• Good question Juleigh21. I know with me it was difficult but easy the same time. Let me give you a brief history of my condition. I was working as a firefighter when I was diagnosed. So I had a couple issues working against me. Heat and fatigue. I didn't let my condition become public but I did notify the proper higher ups because if something was to happen at work I didn't want any issues. After being promoted I decided I should make a change in job position, so I worked my way into being a trainer, that way I could control my working environment. After 5 years of faking my symptoms I came to the hard conclusion that I was tired, not only physically but of putting on a front so no one could see the struggles I was having.

    The decision to retire on disability was hard but easy because I wanted to leave on my terms, I didn't want to be forced to leave, retire or worst be fired. The decision will be hard either way you go, but one that most times comes before you really ready. Maybe you can transfer into a less stressful position.

    I hope this helps a little and good luck. Keep us informed of your situation. It'll work out for you just don't work to hurt yourself. Be pro-active, not re-active. Royjr

  • I went on disability when I started having problems doing my job, remembering things and having trouble staying awake at work. My neurologist told me that I had worked to hard and to lond. She also said that it was time to take care of me. I went for a neuropsychiatric test and it showed that the MS and stress from work were causing short term memory problems. I went on long term disability through work and applied for SSD. When I was approved by Social Security in 9 days I definitely knew it was the time to be on disability. It did take a long time to get use to not work.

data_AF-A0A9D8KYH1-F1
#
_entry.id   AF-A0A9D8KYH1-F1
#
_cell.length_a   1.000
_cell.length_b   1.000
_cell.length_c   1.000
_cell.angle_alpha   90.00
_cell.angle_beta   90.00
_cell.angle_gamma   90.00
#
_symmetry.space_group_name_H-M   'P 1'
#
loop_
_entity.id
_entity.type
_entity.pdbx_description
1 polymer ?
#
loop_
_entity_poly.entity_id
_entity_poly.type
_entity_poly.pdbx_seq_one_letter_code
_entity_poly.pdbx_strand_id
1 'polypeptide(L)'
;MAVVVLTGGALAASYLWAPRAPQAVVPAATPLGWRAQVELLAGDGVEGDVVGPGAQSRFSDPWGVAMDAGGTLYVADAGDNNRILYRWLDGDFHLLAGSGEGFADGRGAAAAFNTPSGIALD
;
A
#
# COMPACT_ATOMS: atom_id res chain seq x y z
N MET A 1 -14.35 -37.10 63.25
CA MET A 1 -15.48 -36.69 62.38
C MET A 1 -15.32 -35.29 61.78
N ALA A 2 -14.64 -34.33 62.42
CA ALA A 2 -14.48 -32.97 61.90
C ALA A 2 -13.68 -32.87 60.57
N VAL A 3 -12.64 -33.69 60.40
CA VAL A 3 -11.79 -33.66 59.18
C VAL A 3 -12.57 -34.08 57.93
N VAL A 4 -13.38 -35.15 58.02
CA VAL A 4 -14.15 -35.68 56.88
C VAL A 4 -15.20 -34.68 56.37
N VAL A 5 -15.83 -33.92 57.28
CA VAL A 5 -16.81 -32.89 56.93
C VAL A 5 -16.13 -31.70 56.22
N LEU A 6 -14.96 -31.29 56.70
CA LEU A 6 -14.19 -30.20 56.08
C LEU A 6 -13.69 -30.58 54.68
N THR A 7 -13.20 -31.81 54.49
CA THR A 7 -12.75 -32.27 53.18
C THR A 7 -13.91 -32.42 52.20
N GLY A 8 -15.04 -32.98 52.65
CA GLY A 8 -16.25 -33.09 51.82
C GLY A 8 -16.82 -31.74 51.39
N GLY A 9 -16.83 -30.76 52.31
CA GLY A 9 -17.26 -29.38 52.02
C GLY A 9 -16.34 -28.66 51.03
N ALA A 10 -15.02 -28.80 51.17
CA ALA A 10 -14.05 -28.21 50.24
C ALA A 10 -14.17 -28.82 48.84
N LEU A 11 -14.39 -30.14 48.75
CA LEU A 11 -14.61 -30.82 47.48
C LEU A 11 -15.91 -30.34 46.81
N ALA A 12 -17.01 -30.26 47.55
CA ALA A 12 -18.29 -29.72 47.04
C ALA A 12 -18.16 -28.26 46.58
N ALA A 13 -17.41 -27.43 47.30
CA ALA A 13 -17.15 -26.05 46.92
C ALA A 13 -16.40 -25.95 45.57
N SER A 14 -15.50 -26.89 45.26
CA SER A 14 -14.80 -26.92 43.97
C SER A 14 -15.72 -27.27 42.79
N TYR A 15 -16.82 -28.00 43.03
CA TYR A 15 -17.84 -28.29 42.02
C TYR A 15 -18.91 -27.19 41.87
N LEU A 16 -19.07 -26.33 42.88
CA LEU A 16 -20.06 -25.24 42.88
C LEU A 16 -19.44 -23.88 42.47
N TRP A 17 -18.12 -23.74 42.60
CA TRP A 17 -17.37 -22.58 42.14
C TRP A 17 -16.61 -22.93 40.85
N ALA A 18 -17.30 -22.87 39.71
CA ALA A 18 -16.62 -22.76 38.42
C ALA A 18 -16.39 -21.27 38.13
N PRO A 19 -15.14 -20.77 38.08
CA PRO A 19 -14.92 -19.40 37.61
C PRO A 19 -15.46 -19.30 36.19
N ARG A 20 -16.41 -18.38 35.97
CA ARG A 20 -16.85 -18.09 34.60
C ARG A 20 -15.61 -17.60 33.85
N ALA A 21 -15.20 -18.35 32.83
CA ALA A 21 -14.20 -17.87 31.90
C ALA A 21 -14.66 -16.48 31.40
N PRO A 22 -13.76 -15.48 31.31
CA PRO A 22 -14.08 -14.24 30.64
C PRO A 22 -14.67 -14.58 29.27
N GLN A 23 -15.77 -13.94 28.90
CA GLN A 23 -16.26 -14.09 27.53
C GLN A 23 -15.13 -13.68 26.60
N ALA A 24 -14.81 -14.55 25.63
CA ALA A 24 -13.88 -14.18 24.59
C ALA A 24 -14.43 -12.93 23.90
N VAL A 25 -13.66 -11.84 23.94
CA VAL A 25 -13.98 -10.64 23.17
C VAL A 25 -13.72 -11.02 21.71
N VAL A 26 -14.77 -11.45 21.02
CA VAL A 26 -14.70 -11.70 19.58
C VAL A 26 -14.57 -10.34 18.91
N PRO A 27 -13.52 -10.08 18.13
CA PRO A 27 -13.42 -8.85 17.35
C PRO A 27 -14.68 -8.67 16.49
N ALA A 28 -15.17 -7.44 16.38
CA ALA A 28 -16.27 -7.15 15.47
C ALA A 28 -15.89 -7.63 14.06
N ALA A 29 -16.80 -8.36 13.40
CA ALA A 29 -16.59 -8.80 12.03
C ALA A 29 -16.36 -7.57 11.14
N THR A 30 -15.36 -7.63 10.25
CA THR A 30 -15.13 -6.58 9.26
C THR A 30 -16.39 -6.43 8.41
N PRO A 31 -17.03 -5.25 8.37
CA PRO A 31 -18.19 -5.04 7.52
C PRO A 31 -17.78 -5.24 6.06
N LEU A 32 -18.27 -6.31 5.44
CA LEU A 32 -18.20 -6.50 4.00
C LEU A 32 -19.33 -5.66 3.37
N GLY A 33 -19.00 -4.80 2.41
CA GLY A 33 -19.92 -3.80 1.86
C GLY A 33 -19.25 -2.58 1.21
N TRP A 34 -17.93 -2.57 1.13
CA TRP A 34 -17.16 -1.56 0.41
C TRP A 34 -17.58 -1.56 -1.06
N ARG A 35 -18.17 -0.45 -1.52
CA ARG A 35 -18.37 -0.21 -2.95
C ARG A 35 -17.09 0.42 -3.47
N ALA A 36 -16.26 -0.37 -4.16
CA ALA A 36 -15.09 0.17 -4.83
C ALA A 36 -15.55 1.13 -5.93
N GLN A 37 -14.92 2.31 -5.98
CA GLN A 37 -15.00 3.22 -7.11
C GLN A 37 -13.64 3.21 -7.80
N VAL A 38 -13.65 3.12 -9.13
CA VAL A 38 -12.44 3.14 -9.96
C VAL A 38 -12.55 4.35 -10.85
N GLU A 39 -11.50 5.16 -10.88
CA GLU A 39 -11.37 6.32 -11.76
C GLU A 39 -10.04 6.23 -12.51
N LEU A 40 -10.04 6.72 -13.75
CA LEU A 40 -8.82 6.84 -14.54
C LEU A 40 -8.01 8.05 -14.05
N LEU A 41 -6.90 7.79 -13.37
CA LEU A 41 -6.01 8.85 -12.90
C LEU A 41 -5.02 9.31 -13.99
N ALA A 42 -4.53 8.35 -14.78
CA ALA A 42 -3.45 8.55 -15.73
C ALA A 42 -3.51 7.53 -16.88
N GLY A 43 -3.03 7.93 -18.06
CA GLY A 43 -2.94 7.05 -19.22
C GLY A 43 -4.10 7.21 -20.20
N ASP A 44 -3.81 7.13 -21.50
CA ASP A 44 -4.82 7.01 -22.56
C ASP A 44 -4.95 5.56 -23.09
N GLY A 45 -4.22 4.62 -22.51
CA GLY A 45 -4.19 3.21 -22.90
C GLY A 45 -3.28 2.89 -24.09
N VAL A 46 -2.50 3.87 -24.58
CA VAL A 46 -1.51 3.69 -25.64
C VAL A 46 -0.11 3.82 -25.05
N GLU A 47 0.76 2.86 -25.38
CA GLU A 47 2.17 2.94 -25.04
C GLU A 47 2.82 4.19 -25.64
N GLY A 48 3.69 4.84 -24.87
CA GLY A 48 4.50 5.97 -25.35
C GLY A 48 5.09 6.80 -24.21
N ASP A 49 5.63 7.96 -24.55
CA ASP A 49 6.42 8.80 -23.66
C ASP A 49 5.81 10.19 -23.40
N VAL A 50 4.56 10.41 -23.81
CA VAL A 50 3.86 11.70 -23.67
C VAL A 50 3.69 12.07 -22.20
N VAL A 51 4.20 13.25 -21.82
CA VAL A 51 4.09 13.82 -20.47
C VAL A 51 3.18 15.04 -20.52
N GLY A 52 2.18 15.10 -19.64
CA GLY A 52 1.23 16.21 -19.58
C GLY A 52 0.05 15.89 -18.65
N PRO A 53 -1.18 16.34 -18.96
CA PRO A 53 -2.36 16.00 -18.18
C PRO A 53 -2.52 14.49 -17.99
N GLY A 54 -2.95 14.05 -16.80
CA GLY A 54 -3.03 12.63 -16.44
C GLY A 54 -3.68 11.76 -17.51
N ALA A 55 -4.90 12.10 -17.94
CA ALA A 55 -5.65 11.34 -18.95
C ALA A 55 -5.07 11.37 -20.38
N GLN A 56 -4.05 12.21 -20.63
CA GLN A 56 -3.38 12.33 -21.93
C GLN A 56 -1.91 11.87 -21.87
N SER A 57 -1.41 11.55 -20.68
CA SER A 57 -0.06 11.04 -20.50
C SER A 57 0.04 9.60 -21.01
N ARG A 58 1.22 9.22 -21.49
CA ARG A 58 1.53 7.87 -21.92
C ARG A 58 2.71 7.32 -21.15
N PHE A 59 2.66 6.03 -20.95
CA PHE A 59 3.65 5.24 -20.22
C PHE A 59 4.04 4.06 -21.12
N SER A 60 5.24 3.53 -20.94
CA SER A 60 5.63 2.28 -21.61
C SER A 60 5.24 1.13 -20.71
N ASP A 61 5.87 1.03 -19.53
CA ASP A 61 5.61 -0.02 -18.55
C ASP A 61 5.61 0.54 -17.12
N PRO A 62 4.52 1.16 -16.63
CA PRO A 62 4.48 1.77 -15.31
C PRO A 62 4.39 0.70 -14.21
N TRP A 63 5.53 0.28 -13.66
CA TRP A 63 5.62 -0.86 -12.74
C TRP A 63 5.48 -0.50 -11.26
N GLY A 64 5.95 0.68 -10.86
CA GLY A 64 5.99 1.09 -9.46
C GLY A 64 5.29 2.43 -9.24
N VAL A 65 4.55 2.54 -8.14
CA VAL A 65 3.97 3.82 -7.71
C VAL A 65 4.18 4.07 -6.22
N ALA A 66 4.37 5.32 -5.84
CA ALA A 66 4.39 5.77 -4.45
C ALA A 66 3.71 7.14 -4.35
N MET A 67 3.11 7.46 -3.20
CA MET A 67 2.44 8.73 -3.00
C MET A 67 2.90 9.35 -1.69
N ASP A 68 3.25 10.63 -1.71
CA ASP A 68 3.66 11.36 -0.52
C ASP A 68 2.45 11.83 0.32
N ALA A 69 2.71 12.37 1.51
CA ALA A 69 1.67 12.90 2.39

I think you should talk with your doctor about his/her feelings about you continue to work or go on disability.

    I wish you the best of luck making your decision. Just remember this has to be your decision

  • Hi, Juleigh21. Your body will let you know. The equation consists of two parts: 1) Does the damage that working is doing to me (stress, fatigue, etc.) outweigh the satisfaction or need I fulfill with my job; and 2) Am I doing right by the people I serve? In your case, it's the students. Are you able to give them your best? Are you able to serve their needs to the highest standard that they deserve? If you can't objectively answer "yes" to both of these questions, then you've got the answer to the second part of the equation. And only you know the subjective answer to the first part of the equation. The decision is one of the most difficult you will ever make in your life, but the most important thing is to be very honest in your assessment, both for your sake and for the sake of your students. Good luck.

  • Thank you Sukie427 for your perspective. School has been in session for 2 weeks now. Two days before school started, two teachers quit and the school board has decided not to replace them to save money. My caseload of LS students doubled. I'm drowning as is the other teacher in my shoes. I'm so tired when I get home, that my diet is suffering b/c I'm too tired to cook and most nights just pack my lunch for the next day and just eat whatever I'm packing. I doubt I'll be able to do this much longer. A relapse or infection will probably do me in. I'm already worn out.

  • Hi, l was a neonatal nurse for thirty years before I could no longer work. But don't think that your worth is diminished. I now help others with m.s.. l have collected and delivered groceries. Assisted m.s.'ers to sign up for meals on wheels and other government benefits. We could use you! If you find that teaching is too much, there are others to serve.

  • My PCP has sent me to see a behaviorist to start the process of my accepting that the end is near for the demise of my teaching career. We've discussed my feelings of self worth and what I'll do afterwards. Helping others with MS is at the top of my list😊.